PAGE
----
Circumstantial Evidence

Circumstantial evidence is a term one doesn’t have to be a lawyer to understand. We’ve all seen enough crime dramas on television to know that people can be convicted of a crime even if there is no direct evidence that proves their guilt, where there is enough indirect evidence to allow a tried of fact to infer that the person must be guilty.

I was thinking about this in connection with Joseph after Gabriel’s visit to Mary. What must Joseph felt when the rumors of Mary’s pregnancy started flying about? What must he have thought, knowing he was not responsible for the pregnancy? What would anyone think if their spouse or fiance, with whom they had had no sexual relations turned up pregnant? And how would they react to hearing something like, “I didn’t cheat on you, honey; the Holy Spirit did this.” Yeah, sure, that’s believable. Hurt. Rage. Embarrassment. All would have been completely understandable reactions to this new.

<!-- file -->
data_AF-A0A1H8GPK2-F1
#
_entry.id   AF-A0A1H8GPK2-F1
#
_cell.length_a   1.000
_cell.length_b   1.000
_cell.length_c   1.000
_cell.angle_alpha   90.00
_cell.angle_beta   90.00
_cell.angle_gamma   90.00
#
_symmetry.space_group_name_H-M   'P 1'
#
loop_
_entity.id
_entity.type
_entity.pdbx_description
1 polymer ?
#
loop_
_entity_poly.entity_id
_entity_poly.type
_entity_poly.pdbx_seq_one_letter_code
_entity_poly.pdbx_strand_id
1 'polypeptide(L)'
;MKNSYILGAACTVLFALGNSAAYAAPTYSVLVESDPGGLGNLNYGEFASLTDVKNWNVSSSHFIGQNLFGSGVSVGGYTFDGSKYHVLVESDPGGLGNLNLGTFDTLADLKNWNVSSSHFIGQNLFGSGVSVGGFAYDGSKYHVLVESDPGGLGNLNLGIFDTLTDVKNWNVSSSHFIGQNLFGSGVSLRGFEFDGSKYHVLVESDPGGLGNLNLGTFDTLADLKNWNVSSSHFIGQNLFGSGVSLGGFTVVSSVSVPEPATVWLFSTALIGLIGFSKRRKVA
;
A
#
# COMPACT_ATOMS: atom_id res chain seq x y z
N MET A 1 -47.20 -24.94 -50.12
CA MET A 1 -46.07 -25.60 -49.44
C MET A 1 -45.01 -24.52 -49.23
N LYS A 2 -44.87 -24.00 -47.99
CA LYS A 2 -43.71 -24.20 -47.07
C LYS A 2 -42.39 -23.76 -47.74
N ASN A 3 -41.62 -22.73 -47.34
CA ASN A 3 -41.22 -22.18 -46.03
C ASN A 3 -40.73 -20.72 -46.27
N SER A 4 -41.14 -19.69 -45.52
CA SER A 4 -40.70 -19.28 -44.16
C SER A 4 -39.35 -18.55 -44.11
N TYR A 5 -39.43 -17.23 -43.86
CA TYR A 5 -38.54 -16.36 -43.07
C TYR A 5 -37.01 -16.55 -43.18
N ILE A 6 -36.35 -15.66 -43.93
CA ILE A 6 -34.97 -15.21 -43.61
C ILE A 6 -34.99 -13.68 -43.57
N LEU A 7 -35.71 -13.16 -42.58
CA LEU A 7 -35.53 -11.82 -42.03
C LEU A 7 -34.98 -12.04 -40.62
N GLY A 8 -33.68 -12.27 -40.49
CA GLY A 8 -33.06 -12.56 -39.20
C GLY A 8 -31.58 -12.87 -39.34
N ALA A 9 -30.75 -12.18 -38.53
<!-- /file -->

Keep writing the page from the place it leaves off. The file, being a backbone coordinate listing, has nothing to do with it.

But, among its other lessons, the story of Jesus’ conception tells us that things are not always as they appear. All the evidence may point to a conclusion, and that conclusion can still be wrong.

As I was reflecting on this, I thought that part of what Joseph teaches us is the importance of being able to reach underneath the raw emotions that circumstantial evidence of this kind generates, to find the deeper wisdom that knows that truth. Joseph was able to do that. To not be blinded by rage, hurt, disappointment and sadness, but to be able to hear the voice that revealed the truth to him. That’s an important lesson to learn.

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